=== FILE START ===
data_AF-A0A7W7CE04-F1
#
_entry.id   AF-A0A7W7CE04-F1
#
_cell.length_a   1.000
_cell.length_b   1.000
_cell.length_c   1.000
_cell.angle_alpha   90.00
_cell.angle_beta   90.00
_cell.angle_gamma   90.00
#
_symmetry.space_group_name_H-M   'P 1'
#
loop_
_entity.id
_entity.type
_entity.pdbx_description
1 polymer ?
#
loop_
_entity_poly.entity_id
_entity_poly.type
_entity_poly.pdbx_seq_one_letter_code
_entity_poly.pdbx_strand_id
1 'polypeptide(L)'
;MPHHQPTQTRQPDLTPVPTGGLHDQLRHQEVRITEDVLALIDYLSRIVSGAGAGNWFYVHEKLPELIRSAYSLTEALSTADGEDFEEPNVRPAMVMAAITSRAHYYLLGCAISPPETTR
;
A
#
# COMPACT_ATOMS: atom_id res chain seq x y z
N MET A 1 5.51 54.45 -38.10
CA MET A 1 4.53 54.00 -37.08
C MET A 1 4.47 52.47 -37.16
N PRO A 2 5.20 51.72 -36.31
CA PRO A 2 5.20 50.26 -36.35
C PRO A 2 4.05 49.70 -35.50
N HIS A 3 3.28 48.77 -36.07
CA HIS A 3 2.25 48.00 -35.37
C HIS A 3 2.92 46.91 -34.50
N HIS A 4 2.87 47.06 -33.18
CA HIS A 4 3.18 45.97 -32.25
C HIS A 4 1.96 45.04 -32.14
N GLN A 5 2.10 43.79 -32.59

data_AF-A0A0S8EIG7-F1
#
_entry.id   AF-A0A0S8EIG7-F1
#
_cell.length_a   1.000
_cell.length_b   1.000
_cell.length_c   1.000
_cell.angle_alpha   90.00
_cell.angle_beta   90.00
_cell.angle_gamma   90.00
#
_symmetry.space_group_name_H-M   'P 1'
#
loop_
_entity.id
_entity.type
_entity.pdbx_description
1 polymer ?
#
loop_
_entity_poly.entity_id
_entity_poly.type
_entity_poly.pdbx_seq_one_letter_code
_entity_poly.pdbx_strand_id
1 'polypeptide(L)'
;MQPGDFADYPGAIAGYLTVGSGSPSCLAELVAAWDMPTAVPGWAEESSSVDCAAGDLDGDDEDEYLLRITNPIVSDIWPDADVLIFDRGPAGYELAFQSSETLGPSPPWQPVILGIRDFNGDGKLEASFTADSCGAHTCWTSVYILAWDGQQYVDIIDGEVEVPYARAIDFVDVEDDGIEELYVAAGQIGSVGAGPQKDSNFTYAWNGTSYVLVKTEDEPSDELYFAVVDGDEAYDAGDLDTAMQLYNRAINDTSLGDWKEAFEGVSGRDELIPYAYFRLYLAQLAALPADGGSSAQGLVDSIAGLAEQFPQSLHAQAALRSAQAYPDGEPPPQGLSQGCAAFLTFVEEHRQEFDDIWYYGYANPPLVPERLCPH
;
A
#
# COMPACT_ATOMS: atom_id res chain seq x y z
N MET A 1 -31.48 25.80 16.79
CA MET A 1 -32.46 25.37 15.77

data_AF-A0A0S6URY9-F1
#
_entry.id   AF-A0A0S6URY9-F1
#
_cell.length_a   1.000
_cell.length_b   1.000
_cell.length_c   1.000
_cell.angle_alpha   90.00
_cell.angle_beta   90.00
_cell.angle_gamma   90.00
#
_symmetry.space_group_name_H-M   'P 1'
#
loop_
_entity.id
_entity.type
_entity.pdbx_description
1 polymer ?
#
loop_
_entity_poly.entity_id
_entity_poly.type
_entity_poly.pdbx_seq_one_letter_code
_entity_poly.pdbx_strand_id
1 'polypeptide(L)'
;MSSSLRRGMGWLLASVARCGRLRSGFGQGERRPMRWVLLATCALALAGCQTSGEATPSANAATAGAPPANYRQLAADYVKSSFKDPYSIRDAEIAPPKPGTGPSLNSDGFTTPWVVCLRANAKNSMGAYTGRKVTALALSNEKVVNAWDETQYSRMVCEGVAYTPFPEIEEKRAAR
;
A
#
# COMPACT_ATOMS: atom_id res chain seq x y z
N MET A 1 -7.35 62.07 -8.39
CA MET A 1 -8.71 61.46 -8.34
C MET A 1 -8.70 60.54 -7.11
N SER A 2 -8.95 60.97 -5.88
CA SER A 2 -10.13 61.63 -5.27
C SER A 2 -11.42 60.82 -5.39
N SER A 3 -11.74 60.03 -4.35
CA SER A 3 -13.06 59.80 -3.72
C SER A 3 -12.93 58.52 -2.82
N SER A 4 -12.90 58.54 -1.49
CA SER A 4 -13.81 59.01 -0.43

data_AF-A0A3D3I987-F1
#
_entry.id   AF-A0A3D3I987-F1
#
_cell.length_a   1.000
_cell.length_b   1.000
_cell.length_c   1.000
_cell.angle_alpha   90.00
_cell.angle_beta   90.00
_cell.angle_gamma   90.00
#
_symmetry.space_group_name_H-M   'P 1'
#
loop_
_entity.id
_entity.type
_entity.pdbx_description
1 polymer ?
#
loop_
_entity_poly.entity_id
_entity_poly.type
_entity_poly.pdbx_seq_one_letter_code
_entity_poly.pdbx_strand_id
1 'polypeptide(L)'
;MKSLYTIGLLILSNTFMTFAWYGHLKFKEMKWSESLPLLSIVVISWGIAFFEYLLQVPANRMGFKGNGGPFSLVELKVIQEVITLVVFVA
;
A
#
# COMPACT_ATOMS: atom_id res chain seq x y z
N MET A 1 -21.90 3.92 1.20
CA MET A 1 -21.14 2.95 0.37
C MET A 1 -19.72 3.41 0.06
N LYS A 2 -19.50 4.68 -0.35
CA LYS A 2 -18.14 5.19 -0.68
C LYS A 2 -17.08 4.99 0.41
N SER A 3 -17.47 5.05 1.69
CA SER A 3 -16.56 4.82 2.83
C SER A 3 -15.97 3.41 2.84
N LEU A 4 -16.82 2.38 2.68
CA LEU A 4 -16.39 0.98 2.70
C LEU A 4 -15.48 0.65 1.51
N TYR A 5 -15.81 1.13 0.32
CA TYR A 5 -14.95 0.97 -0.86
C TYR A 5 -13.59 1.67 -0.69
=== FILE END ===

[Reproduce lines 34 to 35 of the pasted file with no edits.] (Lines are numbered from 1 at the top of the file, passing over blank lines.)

N PRO A 2 5.20 51.72 -36.31
CA PRO A 2 5.20 50.26 -36.35